Pantelion-Lionsgate, the studio behind “Latin Lover,” told The New York Times on Sunday that the film drew an audience that was 89 percent Hispanic. For celebrities like Mexican-American comedian Cristela Alonzo, the figure should send a clear message to Hollywood that Latino moviegoers need to be taken seriously. 

“We know that we need to provide something in these films that the Latino viewer wouldn’t be able to get from the big Hollywood films,” Edward Allen, chief operating officer of Pantelion, told HuffPost in 2015. “And a big part of that is the story, the setting and the cast.”

“Look, there’s a demographic shift,” he added. “Either you plan for it or somebody else will.”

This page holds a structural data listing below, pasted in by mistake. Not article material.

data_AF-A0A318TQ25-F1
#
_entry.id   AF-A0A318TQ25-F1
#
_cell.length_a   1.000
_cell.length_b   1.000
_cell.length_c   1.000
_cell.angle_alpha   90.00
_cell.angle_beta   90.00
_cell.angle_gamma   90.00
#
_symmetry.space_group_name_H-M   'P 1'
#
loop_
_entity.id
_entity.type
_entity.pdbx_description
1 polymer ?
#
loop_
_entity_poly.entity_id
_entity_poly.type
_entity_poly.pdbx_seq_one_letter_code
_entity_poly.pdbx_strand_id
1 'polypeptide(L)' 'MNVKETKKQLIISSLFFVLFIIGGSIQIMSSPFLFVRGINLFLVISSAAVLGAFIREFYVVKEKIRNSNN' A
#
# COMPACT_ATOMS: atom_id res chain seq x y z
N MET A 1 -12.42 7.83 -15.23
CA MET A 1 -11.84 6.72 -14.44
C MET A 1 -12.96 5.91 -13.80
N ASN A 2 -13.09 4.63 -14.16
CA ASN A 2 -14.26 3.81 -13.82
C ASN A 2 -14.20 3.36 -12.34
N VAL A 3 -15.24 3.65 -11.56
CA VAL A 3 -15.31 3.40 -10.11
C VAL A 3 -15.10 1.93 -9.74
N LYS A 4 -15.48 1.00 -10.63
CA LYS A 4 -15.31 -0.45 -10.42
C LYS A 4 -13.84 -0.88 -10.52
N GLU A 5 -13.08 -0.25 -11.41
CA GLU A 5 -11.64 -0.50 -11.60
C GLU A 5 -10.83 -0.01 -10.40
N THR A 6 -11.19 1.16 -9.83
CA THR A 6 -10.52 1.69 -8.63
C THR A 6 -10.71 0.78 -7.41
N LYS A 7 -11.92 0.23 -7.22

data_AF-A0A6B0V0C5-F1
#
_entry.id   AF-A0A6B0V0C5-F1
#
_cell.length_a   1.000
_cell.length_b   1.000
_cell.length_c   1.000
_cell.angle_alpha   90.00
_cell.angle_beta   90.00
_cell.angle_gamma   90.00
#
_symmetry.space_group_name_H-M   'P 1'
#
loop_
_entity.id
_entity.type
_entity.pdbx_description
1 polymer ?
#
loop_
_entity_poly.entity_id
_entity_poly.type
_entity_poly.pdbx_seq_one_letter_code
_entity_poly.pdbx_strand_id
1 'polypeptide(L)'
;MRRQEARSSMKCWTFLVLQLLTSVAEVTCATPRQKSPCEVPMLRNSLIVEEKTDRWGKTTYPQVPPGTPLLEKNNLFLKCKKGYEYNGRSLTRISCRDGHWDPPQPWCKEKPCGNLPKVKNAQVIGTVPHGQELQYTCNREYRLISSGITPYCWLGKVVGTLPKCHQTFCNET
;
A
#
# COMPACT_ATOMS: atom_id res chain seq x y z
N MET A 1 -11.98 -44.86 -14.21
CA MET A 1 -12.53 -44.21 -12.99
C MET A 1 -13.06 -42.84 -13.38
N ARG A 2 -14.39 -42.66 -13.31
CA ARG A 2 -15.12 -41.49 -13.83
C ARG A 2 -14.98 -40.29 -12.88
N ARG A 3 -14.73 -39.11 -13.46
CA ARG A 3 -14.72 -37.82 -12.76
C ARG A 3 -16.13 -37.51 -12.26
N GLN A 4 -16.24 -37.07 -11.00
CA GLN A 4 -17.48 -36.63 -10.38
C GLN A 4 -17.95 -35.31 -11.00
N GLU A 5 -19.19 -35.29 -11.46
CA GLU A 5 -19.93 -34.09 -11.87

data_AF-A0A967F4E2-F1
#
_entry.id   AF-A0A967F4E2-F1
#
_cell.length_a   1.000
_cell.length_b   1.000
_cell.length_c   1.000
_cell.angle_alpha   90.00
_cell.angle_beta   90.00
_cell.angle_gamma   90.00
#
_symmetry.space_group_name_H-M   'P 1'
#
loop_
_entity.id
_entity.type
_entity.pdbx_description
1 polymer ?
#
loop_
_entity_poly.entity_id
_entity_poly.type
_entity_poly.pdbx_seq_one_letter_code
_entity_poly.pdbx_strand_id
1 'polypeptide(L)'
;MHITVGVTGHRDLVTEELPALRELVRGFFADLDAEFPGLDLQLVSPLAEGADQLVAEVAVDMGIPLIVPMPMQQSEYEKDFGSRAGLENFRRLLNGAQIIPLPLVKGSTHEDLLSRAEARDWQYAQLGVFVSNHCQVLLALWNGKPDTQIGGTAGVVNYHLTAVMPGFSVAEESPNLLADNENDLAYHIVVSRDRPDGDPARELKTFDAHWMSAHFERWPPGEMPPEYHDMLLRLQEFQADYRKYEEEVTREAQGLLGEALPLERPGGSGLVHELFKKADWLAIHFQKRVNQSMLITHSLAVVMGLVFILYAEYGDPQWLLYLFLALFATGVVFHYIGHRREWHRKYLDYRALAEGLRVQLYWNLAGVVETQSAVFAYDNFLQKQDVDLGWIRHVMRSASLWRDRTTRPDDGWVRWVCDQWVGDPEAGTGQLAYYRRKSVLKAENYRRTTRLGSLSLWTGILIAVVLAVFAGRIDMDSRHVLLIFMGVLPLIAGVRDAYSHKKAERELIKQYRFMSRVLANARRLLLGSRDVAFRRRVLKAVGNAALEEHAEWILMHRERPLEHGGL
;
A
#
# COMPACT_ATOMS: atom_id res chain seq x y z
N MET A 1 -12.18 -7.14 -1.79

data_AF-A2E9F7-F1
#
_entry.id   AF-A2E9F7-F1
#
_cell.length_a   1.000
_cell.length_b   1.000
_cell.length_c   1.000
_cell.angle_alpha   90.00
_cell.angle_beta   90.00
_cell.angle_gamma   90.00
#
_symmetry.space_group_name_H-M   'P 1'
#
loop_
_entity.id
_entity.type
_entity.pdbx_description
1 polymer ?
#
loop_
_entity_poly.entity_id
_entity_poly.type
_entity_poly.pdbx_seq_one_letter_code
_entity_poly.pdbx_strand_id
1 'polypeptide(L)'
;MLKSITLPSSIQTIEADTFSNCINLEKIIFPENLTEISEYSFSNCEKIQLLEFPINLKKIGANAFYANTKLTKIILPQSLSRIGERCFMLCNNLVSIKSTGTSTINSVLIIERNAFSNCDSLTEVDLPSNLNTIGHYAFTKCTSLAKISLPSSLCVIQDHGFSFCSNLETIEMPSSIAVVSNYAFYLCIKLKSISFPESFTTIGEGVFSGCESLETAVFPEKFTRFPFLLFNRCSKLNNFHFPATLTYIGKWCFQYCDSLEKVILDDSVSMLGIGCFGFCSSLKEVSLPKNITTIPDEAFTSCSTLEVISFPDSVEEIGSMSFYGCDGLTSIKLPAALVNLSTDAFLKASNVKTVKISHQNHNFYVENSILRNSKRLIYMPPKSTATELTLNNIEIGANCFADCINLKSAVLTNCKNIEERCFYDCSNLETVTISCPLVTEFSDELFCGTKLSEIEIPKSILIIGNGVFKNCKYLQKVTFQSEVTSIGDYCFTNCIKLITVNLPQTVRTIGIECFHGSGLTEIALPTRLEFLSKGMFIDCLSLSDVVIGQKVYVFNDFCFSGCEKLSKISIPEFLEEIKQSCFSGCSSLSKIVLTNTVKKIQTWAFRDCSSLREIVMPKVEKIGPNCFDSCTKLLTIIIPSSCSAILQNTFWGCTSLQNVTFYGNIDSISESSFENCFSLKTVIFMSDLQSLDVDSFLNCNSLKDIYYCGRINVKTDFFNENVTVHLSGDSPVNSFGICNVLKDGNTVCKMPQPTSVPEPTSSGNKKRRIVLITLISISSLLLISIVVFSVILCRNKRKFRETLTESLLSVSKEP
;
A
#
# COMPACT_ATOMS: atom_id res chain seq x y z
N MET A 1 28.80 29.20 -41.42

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#FireColbert Demonstrates The Problem With The Internet

The issue with the internet is that there’s just too much of it. For instance, look at the #FireColbert movement that got started on Twitter recently. 

This all happened after Donald Trump insulted Stephen Colbert’s fellow CBS host John Dickerson of “Face the Nation.” During the “Late Show” on Monday, Colbert let loose. 

“When you insult one member of the CBS family, you insult us all. BAZINGA!” said Colbert, before firing off a barrage of insults at the president, one of those being, “The only thing your mouth is good for is being Vladimir Putin’s cock holster.”

Insulting Trump is nothing new for Colbert. He does it nightly, and his ratings have improved “bigly” because of it. The problem is he insulted the queer community with that particular comment.